of a * federation of Soviet Republics ' throughout Europe and the world,
which was supposed to bring * ever-lasting peace and happiness * to all
peoples of the globe. To this end a central government of the super-
Soviet federation was necessary and that government already had its
be:ng in the Kremlin.
If anyone still had any doubts as to how such an 4 aggrandisement' of
the Soviet Union would work out, they must have been totally disillusioned
after the terrible example which Moscow made of those occupied countries
in 1939-1941. Termed £ republics/ they had been subordinated to the
Kremlin, as any other district of the Soviet Empire. This new ' federa-
tion ' of sixteen Republics in no way differed from the Union of eleven
Republics which had existed until then.
According to Moscow's official explanation, aggrandisement of the
Soviet Union was to be effected through the ' voluntary concord y of the
neighbouring countries and without aggression. However, as such
( concord ' in these countries was non-existent., the Soviets, anxious to
create a c voluntary ' desire to ( unite with the Soviet Empire/ on the
part of the invaded country, were obliged to proclaim some justification
for their action. The voice of the small Communist minority, of those few
Soviet agents (imported to play the same role as Hitler's e tourists '),
heard discoursing over the Moscow radio, was considered to be sufficient
in this respect. Thus the c self-determination of the nations ** about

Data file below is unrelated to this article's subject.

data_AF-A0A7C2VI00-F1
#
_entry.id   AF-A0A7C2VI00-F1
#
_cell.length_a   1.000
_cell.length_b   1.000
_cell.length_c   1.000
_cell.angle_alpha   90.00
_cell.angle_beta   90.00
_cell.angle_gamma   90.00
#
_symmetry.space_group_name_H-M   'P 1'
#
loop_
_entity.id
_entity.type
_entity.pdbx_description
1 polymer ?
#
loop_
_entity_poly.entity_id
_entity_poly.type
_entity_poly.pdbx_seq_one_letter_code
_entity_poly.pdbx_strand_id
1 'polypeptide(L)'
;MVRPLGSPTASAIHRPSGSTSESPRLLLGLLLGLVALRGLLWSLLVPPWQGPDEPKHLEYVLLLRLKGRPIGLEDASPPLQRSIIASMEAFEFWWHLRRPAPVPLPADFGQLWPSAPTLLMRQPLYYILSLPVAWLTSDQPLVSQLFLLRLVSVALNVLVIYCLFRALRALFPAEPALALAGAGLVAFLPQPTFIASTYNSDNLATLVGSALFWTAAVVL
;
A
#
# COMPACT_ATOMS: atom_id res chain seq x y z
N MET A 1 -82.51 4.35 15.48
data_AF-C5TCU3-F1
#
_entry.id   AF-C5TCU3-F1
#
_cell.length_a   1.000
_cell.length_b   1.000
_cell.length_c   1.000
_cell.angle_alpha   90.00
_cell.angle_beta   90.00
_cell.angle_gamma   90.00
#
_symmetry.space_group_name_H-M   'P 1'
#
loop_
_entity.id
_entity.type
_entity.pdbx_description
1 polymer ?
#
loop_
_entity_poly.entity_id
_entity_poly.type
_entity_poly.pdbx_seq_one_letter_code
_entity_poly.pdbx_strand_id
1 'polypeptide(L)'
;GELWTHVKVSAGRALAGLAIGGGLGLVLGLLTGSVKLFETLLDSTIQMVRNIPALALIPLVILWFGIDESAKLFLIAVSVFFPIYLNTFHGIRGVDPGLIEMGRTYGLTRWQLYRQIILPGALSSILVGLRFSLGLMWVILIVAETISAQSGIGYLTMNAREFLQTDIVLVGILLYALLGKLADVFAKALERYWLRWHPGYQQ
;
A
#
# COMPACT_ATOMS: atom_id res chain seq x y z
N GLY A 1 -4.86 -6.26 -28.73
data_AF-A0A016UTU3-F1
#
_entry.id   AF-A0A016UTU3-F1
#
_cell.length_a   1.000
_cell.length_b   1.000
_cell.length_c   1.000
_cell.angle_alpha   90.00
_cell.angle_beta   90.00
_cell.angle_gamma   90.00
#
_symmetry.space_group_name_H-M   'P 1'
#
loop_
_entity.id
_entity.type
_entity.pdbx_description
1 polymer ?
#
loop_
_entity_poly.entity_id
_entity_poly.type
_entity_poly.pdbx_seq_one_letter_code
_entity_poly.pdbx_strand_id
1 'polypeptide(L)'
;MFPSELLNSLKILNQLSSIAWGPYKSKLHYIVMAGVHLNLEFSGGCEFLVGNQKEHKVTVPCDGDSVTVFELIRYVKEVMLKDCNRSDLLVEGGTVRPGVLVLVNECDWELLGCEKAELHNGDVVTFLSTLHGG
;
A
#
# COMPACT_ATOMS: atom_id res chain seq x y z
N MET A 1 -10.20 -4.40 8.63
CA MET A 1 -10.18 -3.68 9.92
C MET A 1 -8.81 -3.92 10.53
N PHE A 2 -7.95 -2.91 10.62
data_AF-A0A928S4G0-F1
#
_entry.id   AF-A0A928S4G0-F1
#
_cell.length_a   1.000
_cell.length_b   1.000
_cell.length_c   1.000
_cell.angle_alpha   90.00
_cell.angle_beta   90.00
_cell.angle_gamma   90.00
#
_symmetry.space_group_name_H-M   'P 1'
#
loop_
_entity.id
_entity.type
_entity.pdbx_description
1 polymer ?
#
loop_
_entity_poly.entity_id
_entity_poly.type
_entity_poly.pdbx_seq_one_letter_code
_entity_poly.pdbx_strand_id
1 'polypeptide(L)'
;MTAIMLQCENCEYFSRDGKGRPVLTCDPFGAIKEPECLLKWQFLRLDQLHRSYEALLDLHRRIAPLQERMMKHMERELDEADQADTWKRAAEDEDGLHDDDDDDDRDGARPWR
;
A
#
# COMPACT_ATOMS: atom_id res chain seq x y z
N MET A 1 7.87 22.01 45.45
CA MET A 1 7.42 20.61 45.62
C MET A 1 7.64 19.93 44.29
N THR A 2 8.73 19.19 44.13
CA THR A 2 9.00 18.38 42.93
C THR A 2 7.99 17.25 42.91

which these Soviet theorists had been speaking so extensively, and which
had been considered until now an inviolable law, was cast aside while the
dictatorship of the minority was riding over the will of the majority.
The policy adopted by Moscow during the Second Great War was
merely a logical fulfilment of these Soviet theories. Soviet officialdom,
that small class of profiteers who through the power of their organisation
had established a privileged position for themselves in the State and who,
as the exclusive centre of the government, were responsible for its achieve-
ments and failures., was strongly imbued by these ruling principles.
The amazement in the World Press on this or that tactic of the Soviet
Union, the so often expressed hopes in 1942-1943 that Moscow would
retire from this or that political position, were merely a witness to the
author's remoteness from Soviet reality and the lack of comprehension
regarding its essential difference from the reality of western civilisation.
Of all the countries in the world, Russia is the most centralised, but it
appears that this centralisation reached its highest peak in the domain of
foreign policy. Only official statements were transmitted and only
members of the civil service were sent abroad, which meant that every
* Stalin, J., Leninism^ p. 382: Formerly, the principle of self-determination of
nations was usually misinterpreted. It was frequently narrowed down to mere
cultural self-government. As a consequence, the idea of self-determination stood
in danger of becoming transformed from an instrument to combat annexations
into an instrument for justifying them !